5. Bring the water to the boil, then boil for at least 20 minutes. This will kill the bacteria which may spoil the juice.
6. Remove the bottles, drain and fill immediately. Wipe rims with a clean cloth.
7. Seal the bottles with tightly fitting lids or corks that have been boiled for five I minutes, or tie waxed or greaseproof paper tightly around the rim of the bottle, using string or a rubber band.Note: It is important to follow all the steps for bottling juice or other products such as jelly and jams exactly as outlined in the notes above. If bottles (or jars) are not washed thoroughly and sterilised well the juice or jelly will go bad, may be harmful to drink or eat, and may cause food poisoning.
It is also dangerous to health to use chipped or cracked bottles or jars. If you do not have a good water supply and find it hard to boil the bottles or jars for at least 20 minutes, do not attempt to preserve juice, jam or jelly in this way. You should only make enough to drink or eat immediately.
If you can sterilise your bottles well, then this is a good method of preserving fruits such as guava so that you can enjoy their flavour and goodness even when they are not in season.
Vitamin C in mg for 100 a of fruits
The quality of the guava fruit varies when it grows wild. Both common and Cattley guava of high quality can be used as fresh fruit.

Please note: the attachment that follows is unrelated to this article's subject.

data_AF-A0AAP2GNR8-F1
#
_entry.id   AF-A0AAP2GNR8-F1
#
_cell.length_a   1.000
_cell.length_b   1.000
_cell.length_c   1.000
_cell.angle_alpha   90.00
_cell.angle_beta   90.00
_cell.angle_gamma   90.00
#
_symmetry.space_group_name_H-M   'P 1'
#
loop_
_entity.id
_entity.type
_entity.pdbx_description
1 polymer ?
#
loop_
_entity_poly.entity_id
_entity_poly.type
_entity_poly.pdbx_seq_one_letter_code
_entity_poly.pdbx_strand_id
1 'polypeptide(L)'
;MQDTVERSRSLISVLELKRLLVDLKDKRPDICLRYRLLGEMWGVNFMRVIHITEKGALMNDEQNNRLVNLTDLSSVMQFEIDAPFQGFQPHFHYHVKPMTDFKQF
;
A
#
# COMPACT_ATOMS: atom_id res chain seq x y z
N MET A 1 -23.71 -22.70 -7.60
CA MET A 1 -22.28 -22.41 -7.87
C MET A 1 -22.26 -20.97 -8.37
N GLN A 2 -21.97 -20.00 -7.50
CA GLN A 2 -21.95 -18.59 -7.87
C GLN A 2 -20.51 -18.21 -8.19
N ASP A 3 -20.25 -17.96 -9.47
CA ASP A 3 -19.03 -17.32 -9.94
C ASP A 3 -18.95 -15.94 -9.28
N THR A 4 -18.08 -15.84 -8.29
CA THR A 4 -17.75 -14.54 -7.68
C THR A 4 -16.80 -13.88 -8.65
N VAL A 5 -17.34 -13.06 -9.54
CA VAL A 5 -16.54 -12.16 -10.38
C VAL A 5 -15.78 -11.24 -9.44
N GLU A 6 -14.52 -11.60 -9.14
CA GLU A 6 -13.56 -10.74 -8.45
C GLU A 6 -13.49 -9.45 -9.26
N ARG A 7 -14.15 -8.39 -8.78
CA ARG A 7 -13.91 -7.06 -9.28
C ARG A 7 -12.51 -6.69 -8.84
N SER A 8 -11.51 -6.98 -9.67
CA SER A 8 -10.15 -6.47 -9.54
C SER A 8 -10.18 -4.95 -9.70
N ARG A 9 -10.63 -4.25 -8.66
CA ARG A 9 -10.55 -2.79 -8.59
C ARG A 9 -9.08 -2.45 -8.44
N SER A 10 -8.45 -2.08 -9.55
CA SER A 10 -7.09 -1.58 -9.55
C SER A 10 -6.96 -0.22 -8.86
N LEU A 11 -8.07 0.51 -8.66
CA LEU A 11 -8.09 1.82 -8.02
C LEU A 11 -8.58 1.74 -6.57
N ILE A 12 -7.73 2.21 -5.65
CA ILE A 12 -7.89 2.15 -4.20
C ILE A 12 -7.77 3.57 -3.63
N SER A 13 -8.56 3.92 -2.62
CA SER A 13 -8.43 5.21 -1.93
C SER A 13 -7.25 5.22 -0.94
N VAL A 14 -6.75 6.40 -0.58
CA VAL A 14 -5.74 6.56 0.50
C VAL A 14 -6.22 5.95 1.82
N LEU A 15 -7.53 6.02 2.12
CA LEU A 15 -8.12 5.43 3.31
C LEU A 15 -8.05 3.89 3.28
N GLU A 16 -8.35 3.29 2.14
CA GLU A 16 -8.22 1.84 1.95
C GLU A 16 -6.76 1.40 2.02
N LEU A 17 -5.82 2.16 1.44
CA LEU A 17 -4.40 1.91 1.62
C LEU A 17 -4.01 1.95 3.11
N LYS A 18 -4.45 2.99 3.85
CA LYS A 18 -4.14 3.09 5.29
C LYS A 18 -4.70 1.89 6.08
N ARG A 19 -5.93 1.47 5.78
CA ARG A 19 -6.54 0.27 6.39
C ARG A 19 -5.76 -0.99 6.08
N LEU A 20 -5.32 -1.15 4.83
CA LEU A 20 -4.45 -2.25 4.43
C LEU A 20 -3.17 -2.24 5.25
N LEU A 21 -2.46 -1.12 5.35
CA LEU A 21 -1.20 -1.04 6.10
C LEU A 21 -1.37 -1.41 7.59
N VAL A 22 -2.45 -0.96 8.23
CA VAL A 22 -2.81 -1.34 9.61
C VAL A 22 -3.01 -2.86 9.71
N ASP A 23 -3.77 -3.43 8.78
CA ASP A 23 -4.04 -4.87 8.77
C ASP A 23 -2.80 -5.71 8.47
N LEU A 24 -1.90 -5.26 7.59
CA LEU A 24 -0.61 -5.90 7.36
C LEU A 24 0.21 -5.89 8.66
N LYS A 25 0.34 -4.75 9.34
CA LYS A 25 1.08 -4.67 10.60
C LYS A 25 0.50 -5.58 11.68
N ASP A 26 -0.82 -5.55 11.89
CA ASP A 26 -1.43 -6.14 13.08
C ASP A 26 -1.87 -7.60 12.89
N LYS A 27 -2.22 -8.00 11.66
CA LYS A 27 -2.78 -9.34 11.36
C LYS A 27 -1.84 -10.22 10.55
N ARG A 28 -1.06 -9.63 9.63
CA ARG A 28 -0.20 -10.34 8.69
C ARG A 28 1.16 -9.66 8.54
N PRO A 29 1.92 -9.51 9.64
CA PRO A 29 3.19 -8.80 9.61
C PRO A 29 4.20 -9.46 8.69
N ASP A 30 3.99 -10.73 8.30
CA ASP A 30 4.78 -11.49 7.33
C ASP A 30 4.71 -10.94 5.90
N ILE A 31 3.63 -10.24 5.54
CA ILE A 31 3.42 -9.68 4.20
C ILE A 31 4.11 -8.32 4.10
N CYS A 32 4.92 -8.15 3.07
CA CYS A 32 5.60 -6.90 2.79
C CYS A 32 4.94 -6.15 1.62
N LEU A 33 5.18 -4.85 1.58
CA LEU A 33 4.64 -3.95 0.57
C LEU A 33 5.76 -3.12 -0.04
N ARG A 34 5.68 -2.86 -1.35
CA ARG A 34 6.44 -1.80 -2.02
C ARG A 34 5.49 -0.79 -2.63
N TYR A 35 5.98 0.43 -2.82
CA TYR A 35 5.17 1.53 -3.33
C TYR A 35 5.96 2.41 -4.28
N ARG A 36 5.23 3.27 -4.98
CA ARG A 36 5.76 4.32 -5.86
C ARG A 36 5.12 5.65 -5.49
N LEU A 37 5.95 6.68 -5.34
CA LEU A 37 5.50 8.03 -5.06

Fresh guavas taste good when eaten plain or when mixed with other fruit in a salad. The flavour may be sweet or sour, but will always have a special guava taste.
Because of its fine flavour, guava is a favourite fruit for jelly. It is high in pectin, the chemical substance that helps jelly to set. It is an important commercial crop in some Pacific Island countries such as Fiji.
The juice from half-ripe guavas may be used with hibiscus flowers or low-pectin fruits to make jelly. Guavas may also be used for butters, jams, marmalades and preserves.
Both the outside skin and the inside flesh of the guava may be eaten. It is a good idea to eat the skin (fresh or cooked) as well as the flesh, since the skin has more Vitamin C than the flesh.
When the guava skin is to be used, only large juicy guavas should be chosen. The small dry guavas that often grow during a dry season are only good for making juice. Sometimes when the fruit is too ripe, the skin can become soft, allowing certain insects such as fruit flies to destroy the guava. Always use fresh guavas while still firm and throw away those that are infected with larvae (worms) from the flies.
The young leaves of the guava are also useful as a cure for diarrhoea in the Pacific.
8 large ripe guavas
3 large ripe bananas
1 cup grated coconut
1. Choose the best-quality ripe guavas. Wash and peel, then cut into halves.